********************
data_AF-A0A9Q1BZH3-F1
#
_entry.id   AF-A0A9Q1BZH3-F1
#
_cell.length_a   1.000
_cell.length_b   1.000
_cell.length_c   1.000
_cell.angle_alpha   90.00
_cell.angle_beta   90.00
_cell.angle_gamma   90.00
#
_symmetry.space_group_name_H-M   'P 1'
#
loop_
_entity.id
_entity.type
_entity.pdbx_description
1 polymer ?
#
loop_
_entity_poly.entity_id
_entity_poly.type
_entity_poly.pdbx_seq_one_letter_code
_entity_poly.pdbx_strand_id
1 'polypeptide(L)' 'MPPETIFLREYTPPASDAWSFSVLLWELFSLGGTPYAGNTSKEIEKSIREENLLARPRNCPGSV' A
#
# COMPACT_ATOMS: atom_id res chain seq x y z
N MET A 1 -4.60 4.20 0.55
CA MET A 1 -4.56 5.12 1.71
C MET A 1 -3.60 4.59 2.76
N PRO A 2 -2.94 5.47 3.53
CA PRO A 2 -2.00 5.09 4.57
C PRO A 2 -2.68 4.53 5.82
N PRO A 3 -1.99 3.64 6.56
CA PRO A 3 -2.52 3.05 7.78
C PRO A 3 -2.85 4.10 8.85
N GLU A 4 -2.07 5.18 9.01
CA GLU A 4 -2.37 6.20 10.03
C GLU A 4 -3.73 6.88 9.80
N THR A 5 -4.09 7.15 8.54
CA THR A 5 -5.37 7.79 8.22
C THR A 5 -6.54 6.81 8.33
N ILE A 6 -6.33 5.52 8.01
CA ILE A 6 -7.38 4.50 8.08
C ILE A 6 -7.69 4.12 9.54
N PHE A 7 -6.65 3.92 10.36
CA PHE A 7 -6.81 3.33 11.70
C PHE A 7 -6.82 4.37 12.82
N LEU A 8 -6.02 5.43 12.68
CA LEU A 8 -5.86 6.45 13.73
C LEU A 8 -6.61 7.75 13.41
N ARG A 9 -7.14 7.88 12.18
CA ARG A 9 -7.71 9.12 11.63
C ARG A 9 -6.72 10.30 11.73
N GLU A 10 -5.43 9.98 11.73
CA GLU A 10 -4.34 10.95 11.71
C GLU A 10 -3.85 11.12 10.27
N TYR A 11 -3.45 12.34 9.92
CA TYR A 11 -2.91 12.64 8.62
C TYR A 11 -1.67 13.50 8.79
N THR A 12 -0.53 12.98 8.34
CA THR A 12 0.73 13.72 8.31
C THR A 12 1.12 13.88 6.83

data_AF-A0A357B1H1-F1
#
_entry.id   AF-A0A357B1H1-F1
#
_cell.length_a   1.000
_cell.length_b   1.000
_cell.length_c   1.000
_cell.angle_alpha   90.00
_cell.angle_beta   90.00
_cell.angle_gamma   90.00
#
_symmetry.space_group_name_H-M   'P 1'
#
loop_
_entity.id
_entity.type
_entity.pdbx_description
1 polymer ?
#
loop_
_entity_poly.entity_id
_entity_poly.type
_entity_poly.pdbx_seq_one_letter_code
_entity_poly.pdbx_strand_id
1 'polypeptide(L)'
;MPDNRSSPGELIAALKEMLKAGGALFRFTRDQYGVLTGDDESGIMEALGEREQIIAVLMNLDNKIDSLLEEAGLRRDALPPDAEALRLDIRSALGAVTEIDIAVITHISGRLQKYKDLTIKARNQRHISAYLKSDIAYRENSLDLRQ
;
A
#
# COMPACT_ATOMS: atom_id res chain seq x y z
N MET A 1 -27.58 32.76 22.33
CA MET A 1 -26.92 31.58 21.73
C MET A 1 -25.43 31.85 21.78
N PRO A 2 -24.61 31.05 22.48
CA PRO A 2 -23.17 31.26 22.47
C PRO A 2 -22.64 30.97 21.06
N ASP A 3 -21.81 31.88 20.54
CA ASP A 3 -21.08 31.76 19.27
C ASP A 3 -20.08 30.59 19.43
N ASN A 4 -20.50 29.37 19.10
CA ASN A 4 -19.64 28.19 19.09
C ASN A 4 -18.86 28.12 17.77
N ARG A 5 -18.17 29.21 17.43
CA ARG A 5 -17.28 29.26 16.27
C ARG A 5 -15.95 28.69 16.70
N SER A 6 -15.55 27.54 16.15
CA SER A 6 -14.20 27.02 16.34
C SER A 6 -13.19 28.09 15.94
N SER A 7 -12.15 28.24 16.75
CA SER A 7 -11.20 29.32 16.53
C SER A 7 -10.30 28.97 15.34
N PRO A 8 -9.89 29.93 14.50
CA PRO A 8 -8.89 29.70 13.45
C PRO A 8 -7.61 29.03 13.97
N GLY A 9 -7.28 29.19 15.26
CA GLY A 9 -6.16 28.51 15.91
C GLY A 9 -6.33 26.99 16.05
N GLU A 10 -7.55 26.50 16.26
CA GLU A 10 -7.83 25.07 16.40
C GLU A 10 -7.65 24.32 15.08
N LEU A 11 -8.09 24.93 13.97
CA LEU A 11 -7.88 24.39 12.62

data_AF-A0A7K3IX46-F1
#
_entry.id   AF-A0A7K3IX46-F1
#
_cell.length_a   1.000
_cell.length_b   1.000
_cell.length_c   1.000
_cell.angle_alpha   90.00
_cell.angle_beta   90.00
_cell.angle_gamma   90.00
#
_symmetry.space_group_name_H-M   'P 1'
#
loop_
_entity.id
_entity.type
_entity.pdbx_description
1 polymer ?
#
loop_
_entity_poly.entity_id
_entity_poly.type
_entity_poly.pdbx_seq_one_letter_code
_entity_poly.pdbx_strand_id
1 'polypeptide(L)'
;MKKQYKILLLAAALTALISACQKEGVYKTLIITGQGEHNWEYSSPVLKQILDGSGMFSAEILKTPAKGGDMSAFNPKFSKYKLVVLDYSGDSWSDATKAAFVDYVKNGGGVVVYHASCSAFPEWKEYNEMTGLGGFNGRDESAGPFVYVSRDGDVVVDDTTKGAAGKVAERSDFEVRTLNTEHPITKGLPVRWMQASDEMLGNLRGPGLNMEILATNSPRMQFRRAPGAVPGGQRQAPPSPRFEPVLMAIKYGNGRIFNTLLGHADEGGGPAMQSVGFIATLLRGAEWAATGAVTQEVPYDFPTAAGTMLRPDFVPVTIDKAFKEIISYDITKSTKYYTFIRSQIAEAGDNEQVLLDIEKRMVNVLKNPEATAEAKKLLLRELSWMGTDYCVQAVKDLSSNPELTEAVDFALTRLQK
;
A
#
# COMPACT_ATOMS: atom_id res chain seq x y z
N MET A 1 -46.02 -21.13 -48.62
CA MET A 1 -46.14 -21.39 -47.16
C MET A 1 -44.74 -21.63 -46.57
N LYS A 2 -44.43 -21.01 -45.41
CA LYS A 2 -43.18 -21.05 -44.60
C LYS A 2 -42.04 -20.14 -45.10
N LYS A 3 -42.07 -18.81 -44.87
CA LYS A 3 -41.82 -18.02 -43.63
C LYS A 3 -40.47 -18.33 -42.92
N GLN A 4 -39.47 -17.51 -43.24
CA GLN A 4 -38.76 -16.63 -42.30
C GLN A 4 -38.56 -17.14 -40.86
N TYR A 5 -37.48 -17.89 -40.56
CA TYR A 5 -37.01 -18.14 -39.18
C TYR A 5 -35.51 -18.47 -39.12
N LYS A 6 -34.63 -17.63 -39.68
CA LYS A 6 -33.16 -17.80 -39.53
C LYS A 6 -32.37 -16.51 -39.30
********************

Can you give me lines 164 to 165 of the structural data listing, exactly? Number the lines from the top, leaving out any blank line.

C LYS A 3 -40.47 -18.33 -42.92
N GLN A 4 -39.47 -17.51 -43.24